A Society High in Cholesterol and Low in Spirits
We are a society where suffering remains a silent stigma. We take pills for life’s pains, we treat our high cholesterol and our low spirits. And at the same time people ask us how we are feeling, as if depression is simply that: an everyday cold, or an infection to be cured with antibiotics. Health care professionals say that they can’t afford it – that every day they attend to dozens of people with clear indications of depression or some other anxiety disorder. It is as if society were the pupil of an eye that dilates when entering a gloomy room, where the darkness suddenly grips us.
“The birds of sadness can fly over our heads, but they cannot nest in our hair”
– Chinese proverb-
Suffering attaches itself to the body and to the mind, it affects our backs, our bones, our soul. Our stomach burns and our chest tightens. The sheets envelop themselves around us, like the tentacles of an octopus inviting us to stay there, away from the world, from light, from conversations and from the murmur of life.
The World Health Organization warns us that in the next 20 years depression will be the biggest health problem in the Western world, and that to stop the impact this will have on our world, we don’t only need measures, tools and well-educated professionals. We need awareness and sensitivity. We need to remember that none of us are immune to suffering a psychological disorder at any given time. We cannot trivialize suffering. It is very beneficial to try and understand it and deal with it and, above all, to prevent diseases such as depression.
Depression as a stigma and personal failure
Marcos is 49 years old and a nursing assistant. Two days ago he was diagnosed with an anxiety-depressive disorder. Before asking for an appointment with the specialist himself, he had already felt the shadow of that depression looming, perhaps because he recognized similar symptoms to that of his mother who spent terrible lonely times shut away in her bedroom. This was a time that had a terrible impact on his childhood.
Now it’s his “turn”, and although they have instructed him to take time off work, Marcos refuses to do so. He is afraid to tell his co-workers (doctors and nurses) what is wrong with him because he is embarrassed. For him, depression is like a personal failure, an inherited weakness. Added to the memories of his mother he is invaded by thoughts that gnaw away at him and grind him down. His mother was a lady who never went to the doctor’s and who spent most of her life subjected to a dizzying emotional big wheel of constant ups and downs.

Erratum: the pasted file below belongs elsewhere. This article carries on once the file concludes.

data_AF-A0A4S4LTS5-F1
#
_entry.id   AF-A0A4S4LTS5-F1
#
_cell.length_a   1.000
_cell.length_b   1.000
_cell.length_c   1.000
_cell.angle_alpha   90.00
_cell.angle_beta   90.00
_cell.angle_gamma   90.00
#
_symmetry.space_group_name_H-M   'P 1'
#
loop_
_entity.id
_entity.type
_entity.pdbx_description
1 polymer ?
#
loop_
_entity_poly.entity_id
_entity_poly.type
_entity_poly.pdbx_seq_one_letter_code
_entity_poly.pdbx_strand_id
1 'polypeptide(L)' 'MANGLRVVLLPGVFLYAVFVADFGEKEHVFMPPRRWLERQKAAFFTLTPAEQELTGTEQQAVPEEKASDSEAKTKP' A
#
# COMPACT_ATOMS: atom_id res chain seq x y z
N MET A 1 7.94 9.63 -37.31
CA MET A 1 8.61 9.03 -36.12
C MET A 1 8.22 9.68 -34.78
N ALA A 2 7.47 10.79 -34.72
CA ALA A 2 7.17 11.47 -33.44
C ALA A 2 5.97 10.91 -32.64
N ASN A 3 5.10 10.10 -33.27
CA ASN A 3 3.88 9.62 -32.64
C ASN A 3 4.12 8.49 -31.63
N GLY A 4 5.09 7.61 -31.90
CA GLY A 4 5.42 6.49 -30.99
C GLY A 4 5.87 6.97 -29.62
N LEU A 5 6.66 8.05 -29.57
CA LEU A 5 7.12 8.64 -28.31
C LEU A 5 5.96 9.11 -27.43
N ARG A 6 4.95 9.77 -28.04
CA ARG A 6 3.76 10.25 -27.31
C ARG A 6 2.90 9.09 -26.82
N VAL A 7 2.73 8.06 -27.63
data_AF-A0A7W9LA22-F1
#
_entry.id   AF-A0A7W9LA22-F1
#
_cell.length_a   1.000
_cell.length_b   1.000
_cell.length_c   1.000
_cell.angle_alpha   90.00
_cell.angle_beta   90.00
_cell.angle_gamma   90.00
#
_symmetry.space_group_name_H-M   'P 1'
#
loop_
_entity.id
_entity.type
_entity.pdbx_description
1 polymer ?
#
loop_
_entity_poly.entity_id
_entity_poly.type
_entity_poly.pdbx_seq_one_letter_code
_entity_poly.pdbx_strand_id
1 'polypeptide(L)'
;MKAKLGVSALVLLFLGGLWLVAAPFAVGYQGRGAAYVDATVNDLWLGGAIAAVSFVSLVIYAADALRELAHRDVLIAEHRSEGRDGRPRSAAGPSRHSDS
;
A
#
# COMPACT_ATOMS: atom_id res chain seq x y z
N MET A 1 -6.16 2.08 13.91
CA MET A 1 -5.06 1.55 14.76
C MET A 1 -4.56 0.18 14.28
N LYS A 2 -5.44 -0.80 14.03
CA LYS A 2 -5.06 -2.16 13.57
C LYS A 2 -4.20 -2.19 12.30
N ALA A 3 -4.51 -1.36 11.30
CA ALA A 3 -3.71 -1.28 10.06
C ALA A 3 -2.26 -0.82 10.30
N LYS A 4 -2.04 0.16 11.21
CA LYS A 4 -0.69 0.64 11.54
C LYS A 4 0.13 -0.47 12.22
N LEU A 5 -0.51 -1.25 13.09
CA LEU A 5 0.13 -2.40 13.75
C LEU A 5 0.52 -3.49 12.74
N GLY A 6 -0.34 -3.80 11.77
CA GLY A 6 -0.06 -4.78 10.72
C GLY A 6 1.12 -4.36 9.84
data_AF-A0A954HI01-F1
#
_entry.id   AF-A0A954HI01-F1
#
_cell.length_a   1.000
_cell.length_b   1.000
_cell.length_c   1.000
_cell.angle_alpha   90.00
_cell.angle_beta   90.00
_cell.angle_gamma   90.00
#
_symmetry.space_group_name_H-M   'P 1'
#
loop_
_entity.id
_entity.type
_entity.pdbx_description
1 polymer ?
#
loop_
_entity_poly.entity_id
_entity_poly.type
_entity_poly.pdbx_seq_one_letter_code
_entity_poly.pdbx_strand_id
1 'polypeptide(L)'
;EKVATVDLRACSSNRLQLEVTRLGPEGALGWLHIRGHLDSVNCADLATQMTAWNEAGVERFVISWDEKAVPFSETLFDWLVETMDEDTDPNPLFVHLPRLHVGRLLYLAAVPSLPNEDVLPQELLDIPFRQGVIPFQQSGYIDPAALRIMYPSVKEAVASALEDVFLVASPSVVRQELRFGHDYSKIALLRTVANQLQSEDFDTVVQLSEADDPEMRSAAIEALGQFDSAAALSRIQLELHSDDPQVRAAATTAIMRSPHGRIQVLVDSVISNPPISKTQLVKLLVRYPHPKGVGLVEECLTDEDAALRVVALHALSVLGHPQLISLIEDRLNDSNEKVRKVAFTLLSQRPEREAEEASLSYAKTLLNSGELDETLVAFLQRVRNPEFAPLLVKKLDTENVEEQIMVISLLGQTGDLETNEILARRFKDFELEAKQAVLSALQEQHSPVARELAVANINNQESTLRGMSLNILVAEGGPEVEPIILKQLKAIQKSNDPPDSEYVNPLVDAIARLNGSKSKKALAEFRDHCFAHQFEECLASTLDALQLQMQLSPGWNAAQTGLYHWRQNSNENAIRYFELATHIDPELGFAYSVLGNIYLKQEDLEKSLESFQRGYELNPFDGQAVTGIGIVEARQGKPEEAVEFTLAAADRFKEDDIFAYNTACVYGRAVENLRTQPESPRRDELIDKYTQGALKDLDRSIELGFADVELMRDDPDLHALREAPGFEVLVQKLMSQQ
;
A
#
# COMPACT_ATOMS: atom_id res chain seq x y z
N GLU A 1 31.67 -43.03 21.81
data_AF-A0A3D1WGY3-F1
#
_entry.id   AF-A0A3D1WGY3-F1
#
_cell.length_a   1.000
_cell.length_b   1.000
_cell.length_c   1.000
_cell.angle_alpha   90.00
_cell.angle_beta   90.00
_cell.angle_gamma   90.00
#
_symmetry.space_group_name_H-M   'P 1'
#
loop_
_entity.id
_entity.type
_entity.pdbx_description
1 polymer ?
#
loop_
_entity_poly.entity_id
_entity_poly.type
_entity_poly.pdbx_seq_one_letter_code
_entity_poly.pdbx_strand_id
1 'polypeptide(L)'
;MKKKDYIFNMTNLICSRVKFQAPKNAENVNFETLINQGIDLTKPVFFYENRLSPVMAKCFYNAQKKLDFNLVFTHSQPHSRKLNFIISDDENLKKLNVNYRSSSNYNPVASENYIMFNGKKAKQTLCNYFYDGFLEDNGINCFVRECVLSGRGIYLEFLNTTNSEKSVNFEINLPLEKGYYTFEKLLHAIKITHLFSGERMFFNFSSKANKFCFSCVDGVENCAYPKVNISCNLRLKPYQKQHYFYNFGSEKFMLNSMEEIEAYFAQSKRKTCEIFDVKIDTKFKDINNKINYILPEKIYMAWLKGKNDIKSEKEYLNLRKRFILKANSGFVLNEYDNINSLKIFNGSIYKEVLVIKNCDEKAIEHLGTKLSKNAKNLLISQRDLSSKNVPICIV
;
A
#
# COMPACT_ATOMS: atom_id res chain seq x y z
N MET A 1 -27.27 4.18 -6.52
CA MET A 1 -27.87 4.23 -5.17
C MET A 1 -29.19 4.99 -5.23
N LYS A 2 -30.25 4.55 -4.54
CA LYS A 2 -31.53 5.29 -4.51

Marcos has gone to the psychiatrist and tells himself that he is doing the right thing, because the medication will help him, because it is just one more illness to treat, such as his hypertension, cholesterol or hypothyroidism. However our friend is wrong, because, even though the pills for life’s pains may help, they just aren’t enough. The fact is that depression, like many other psychological disorders, needs three more elements: psychotherapy, a life plan and social support.
The low spirits, the high suffering and the eternal ignorance
We are used to hearing that suffering is part of life, and that sometimes a painful experience helps us to be stronger, and to grow. However, it has escaped our attention that there is another type of suffering that seizes us for no apparent reason, without a detonator, and like a cold wind that extinguishes our mood, desire and energy.
“To wallow in your own suffering is to risk that it will devour you from the inside”
Life’s sufferings are the great virus of the 21st century human being. They can’t be seen, can’t be touched, but they do cause havoc. Then an instruction manual gives a name to what is happening to us and we end up as just another label, to the point that many health care professionals err on the side of the scientific model. They forget that each patient with depression is unique, with their own clinical attributes, their own personal story, and that sometimes the same strategy doesn’t work for everyone.
On the other hand, one more problem we face when dealing with depression is that in many countries there is still no adequate protocol to deal with it. Primary care doctors usually diagnose it and just treat it with drugs. If there is no improvement in the patient then they are referred for psychiatric help. All of this shows once again that mental health problems are not sufficiently recognized, even though the evidence is there: 1 in 6 people will experience depression at some point in their lives.In the same way, to the sometimes deficient approach of the medical system with this type of illness we can add the social stigma mentioned above. The magazine Psychology Today has an article which invites us to reflect deeply about this issue.
If the population of any given city is told that depression is due “exclusively” to neurobiological causes, then there is a greater acceptance of it. Moreover, visits to the psychologist or psychiatrist will increase because you stop blaming yourself for that supposed “weakness”, that lack of courage due to being overwhelmed by discouragement and suffering
Unfortunately, as we can see, we are still rooted in this foundation of ignorance, where certain illnesses are still synonymous with madness, a weakness, or a defect that has to be hidden. It is time to rebalance, to understand and, first of all, to reflect on those other conditions that do not need a plaster cast, or that do not require either stitches or drops every 6 hours.
Let us stop underestimating suffering and learn to understand it, be active, and, above all, neighborly.